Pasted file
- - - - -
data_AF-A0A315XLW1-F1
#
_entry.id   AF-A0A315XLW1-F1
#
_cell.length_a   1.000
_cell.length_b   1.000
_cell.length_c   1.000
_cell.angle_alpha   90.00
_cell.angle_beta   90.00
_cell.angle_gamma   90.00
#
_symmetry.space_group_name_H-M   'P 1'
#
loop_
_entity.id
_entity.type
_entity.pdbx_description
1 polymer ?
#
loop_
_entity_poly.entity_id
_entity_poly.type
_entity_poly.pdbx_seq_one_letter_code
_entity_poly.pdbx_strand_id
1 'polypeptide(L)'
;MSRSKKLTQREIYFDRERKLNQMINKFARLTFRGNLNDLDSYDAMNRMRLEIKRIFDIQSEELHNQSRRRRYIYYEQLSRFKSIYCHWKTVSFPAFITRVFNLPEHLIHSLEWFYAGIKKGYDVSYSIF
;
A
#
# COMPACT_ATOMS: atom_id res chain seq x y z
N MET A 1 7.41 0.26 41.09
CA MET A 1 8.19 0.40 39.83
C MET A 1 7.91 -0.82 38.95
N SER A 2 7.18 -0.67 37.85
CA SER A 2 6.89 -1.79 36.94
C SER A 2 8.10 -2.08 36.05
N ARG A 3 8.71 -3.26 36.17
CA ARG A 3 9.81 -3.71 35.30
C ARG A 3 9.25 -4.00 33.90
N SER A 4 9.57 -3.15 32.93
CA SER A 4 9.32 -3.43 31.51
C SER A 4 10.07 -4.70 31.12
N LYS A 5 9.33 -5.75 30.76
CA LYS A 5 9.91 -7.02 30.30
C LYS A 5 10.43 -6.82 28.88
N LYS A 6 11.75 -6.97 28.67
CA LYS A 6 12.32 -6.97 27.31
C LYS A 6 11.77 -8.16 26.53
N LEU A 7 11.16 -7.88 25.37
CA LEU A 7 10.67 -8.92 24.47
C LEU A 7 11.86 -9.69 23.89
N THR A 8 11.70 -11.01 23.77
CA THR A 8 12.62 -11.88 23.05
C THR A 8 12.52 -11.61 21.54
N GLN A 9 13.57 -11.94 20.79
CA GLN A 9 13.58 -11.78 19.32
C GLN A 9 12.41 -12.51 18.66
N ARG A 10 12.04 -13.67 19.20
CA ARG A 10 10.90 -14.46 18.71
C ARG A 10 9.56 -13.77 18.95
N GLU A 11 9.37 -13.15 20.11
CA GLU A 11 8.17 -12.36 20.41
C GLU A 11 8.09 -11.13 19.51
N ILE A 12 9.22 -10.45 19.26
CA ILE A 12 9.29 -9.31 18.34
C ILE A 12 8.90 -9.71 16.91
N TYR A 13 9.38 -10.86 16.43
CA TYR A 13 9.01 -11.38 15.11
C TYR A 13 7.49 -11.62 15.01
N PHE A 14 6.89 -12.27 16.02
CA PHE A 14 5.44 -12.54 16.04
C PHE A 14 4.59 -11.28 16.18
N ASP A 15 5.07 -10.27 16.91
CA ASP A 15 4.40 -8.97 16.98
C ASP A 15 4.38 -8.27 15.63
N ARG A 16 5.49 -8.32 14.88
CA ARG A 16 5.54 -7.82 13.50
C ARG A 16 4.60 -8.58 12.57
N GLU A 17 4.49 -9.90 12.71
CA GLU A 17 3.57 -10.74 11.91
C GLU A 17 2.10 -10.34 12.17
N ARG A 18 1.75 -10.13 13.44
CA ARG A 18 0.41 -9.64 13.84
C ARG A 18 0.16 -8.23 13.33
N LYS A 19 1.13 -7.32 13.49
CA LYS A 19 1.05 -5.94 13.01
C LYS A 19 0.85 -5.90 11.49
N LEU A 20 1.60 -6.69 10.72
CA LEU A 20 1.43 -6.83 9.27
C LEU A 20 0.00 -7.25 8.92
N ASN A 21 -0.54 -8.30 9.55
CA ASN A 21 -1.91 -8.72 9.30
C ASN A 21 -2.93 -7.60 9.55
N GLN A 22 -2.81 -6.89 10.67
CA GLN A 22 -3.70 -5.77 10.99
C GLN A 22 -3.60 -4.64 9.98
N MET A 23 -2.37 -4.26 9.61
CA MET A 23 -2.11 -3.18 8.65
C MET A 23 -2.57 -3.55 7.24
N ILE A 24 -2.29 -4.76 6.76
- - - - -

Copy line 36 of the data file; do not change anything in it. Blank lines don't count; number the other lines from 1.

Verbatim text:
C SER A 2 8.10 -2.08 36.05